U.S. Students Survive New Zealand Bush
This is what happens when lack of preparation meets backcountry ingenuity. A pair of U.S. college kids studying abroad in New Zealand trekked safely out of the wilderness earlier this week, but only after a 9-day stranding that required them to survive on two days' worth of rations.
Alec Brown and Erica Klintworth, both 21-year-old students of the University of Wisconsin Stevens Point, planned to hike, camp for a weekend and study for finals near a backcountry hot springs in the South Island's Arthur's Pass National Park. They traveled a little too light, though—carrying only meager supplies of rice, carrots, peanut butter and trail mix—and didn't anticipate an early winter storm that dumped rain and snow on the park, flooding a river that blocked their return.
That's when their survival instincts kicked in. Rather than trying to cross the swollen river (a good way of losing gear or, worse, your life), the pair accepted that they were stuck and settled in for the long haul, rationing their food and regulating heat and energy loss by taking regular dips in the hot springs (sounds like torture, right?). "A biscuit and jelly one day," Brown, wrote, "and even less another."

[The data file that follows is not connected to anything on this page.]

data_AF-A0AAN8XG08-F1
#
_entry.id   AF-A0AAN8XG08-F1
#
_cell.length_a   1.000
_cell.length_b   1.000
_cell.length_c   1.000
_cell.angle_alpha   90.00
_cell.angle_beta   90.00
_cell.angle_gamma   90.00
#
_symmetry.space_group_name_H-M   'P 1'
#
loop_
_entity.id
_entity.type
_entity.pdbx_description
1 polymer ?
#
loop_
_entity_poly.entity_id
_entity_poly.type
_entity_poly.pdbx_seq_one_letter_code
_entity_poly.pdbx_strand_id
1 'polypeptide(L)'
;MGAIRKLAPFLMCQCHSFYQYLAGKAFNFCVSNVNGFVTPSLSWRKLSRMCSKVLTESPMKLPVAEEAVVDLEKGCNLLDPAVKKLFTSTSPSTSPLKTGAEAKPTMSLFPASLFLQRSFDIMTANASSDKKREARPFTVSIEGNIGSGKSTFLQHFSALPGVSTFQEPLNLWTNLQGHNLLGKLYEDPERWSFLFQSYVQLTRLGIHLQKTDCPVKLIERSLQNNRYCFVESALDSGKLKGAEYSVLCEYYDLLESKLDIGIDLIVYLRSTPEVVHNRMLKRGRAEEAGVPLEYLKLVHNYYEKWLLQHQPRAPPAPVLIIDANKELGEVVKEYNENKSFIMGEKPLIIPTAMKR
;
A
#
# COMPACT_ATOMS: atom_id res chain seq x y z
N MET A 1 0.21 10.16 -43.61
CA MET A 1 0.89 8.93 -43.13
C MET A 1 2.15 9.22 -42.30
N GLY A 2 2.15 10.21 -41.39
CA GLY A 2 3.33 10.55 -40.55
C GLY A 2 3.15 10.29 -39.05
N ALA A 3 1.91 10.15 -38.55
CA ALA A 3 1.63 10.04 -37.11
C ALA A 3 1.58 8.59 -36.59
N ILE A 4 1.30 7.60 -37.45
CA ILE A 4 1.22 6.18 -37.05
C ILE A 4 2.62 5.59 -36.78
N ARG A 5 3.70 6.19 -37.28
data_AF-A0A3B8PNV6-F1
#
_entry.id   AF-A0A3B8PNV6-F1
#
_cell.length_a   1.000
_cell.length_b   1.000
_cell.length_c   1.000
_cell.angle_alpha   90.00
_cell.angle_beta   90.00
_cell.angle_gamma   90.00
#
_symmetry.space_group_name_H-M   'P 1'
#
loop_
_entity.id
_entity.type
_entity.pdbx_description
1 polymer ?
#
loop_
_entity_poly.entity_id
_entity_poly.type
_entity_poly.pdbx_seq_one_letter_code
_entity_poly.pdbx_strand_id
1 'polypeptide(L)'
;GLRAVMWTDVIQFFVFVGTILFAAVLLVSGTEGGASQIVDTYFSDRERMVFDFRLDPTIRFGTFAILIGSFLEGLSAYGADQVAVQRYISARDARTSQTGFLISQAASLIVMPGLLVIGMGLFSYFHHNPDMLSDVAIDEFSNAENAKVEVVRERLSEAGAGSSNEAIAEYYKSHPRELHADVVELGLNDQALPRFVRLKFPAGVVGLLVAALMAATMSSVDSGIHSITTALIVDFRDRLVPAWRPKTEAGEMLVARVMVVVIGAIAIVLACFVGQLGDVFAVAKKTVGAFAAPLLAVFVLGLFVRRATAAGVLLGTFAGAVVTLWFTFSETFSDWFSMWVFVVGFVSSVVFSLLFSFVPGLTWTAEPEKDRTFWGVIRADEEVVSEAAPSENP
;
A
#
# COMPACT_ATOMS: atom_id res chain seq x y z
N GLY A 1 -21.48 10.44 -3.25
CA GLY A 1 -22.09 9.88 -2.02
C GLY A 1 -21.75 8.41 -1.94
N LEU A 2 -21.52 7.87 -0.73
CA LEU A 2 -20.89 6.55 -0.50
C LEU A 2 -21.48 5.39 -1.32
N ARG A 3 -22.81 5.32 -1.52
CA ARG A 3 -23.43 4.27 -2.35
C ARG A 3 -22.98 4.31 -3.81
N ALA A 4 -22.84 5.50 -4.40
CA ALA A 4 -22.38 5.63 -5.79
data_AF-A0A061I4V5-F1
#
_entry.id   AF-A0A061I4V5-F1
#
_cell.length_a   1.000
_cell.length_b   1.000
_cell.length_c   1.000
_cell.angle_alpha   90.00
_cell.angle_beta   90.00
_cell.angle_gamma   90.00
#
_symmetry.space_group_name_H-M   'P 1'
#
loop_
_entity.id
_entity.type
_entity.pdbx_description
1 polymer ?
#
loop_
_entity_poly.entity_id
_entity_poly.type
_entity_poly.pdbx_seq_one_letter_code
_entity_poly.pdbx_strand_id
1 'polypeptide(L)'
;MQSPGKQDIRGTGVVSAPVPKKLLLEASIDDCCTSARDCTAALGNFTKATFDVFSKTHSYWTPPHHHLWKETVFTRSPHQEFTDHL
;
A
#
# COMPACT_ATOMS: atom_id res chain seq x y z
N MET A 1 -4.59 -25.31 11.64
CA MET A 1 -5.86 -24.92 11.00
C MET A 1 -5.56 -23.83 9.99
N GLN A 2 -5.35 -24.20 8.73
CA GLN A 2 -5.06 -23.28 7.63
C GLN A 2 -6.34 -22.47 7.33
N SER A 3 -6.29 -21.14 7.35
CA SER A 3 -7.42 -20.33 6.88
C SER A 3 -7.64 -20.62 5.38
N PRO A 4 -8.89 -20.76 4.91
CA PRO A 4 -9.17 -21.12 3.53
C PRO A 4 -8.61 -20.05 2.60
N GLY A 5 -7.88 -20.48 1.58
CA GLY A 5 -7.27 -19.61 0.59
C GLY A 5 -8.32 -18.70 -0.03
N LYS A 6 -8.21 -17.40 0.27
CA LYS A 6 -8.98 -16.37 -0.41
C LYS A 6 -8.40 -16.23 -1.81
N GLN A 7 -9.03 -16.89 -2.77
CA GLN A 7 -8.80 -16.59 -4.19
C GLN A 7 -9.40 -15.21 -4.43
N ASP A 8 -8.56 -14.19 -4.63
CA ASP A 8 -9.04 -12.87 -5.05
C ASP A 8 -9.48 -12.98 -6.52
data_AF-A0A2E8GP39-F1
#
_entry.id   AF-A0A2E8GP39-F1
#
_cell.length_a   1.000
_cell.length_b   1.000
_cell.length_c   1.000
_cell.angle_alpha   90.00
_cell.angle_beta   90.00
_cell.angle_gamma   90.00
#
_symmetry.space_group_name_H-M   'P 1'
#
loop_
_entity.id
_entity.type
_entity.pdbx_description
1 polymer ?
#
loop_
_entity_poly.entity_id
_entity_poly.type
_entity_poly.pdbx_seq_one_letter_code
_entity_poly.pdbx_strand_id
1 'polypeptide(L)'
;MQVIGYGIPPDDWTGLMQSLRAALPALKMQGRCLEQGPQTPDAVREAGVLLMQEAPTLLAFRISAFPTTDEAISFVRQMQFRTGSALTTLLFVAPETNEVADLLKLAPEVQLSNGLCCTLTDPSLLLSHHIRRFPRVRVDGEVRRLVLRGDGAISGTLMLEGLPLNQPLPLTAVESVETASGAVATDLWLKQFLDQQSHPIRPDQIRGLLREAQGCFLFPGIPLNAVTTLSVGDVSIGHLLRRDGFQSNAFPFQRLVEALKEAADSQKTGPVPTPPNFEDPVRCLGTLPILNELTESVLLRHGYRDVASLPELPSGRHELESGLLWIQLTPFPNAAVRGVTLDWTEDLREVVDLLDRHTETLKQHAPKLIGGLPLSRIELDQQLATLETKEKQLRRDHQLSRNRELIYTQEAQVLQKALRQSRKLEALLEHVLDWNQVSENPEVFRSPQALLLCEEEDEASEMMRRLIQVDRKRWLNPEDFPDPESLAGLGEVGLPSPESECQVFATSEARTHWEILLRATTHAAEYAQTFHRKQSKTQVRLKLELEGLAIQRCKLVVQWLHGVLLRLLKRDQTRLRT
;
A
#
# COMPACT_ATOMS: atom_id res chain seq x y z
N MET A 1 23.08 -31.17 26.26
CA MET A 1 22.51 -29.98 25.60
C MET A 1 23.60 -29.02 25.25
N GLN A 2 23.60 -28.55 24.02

It was eight days before a friend realized the pair was missing, and alerted authorities. A search-and-rescue team was deployed, but encountered the couple hiking out, slightly worse for wear, but relatively unscathed.
"I believe when you go into the bush you take your life into your own hands and need to be prepared to handle whatever conditions occur," said Brown, who is an environmental studies major and seasoned camper. "We could have been more prepared, but in the end we were prepared enough to walk ourselves out."